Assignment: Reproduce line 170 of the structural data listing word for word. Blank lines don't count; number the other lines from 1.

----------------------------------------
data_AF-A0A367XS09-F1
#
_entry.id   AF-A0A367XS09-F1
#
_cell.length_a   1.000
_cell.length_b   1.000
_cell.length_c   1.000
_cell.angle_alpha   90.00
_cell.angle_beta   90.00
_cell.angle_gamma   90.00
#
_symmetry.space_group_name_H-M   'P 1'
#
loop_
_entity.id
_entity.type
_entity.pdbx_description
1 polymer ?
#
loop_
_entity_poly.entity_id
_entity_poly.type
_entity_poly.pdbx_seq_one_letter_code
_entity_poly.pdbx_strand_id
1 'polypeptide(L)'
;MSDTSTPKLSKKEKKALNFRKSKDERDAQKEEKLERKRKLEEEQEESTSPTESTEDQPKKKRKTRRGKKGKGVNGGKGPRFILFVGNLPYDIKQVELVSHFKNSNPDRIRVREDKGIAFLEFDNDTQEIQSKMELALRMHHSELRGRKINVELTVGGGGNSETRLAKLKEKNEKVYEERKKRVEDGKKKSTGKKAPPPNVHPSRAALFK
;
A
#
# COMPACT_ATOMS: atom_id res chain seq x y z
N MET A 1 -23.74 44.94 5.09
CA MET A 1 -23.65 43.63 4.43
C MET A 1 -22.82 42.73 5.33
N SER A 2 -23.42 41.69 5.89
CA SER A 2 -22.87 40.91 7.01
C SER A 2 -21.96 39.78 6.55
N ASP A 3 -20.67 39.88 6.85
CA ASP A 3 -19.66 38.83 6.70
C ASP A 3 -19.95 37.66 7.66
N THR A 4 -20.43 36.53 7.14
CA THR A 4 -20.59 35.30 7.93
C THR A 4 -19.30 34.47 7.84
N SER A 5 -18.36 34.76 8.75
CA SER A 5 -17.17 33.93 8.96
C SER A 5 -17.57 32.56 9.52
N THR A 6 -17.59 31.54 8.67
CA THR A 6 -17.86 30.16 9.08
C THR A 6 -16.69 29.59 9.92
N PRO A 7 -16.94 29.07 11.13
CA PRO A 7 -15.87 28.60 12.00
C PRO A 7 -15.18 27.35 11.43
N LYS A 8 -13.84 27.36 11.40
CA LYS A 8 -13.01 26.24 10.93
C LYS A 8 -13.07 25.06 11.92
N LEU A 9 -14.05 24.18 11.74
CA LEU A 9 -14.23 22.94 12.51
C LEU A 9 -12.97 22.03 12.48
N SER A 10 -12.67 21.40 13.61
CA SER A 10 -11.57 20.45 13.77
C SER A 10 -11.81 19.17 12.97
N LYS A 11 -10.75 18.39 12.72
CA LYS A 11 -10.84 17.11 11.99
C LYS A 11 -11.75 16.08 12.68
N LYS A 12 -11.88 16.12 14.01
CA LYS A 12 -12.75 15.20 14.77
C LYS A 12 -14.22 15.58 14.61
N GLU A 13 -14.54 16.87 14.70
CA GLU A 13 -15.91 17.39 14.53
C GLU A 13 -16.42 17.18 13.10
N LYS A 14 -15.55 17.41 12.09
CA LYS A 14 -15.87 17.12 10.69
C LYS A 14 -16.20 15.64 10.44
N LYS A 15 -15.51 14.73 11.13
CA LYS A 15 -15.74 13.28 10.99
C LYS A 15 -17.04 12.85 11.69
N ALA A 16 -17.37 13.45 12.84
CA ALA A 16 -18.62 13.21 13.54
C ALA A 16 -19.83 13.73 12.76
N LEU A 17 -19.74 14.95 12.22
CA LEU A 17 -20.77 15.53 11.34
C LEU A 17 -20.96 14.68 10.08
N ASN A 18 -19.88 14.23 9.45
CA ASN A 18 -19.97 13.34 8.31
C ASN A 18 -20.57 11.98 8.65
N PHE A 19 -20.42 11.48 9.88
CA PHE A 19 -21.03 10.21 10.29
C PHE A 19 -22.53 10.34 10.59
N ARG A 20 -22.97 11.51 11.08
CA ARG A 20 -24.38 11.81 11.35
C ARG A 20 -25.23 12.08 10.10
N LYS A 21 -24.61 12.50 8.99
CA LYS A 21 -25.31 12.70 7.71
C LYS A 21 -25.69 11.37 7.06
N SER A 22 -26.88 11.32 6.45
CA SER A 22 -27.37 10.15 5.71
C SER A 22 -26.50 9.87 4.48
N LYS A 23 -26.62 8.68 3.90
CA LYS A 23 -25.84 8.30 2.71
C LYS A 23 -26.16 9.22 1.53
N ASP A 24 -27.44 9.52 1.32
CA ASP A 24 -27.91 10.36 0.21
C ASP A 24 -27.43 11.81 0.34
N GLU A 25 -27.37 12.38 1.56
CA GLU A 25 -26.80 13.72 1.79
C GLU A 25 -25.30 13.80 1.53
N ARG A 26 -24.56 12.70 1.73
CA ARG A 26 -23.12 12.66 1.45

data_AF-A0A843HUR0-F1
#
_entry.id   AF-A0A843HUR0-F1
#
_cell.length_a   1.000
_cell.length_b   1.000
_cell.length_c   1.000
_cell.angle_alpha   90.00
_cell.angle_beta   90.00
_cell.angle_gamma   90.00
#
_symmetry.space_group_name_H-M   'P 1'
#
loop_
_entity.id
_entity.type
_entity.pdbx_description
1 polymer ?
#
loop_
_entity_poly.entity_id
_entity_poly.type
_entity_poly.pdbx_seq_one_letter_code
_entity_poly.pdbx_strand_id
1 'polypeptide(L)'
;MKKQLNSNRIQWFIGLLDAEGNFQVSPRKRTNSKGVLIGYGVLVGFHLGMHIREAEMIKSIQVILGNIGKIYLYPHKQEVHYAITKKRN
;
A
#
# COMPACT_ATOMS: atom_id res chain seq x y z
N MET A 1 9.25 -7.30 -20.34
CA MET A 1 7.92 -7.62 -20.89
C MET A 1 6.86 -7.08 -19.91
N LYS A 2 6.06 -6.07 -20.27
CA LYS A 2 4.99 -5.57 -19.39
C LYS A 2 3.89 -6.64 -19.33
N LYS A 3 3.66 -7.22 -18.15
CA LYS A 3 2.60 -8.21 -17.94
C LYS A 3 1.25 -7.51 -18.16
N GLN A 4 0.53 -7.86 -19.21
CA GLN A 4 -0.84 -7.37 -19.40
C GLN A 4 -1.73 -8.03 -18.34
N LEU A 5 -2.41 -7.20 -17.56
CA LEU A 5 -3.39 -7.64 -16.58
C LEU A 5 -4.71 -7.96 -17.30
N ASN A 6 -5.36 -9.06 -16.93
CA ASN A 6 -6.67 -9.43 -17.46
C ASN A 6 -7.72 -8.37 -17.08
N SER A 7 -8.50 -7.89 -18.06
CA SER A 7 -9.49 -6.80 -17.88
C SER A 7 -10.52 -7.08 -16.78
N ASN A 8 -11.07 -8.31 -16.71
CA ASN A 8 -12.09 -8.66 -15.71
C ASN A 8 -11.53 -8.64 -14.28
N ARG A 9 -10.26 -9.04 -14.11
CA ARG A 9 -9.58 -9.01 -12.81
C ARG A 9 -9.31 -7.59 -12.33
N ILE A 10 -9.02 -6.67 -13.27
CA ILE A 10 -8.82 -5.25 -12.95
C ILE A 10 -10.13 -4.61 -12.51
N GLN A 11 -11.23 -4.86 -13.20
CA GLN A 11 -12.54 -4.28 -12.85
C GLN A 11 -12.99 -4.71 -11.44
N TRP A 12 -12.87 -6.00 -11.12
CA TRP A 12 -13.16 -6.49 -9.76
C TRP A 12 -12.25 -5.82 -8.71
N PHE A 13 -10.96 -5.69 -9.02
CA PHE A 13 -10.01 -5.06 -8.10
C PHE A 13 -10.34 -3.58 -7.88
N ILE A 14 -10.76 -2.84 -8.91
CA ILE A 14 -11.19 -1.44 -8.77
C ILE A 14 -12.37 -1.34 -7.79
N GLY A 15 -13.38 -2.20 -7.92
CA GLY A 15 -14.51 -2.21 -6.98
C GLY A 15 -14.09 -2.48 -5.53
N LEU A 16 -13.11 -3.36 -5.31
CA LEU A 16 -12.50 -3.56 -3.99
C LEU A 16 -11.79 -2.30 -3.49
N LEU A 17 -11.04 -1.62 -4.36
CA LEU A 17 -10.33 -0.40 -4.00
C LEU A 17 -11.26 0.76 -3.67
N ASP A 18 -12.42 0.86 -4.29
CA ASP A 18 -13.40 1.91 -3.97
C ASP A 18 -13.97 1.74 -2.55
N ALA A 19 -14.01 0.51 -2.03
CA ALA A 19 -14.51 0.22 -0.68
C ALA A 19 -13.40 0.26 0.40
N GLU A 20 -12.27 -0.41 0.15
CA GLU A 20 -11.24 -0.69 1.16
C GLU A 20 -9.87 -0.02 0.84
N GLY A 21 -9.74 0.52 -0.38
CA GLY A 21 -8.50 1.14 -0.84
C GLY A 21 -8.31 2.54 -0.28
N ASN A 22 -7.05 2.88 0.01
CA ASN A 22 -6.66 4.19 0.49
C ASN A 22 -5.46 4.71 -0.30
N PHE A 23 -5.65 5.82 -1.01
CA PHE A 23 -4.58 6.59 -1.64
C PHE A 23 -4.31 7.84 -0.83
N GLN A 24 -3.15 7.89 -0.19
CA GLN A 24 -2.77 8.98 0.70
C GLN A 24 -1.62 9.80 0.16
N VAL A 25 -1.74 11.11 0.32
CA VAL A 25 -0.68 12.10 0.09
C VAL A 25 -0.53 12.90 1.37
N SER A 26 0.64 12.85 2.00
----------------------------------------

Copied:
C GLN A 11 -12.99 -4.71 -11.44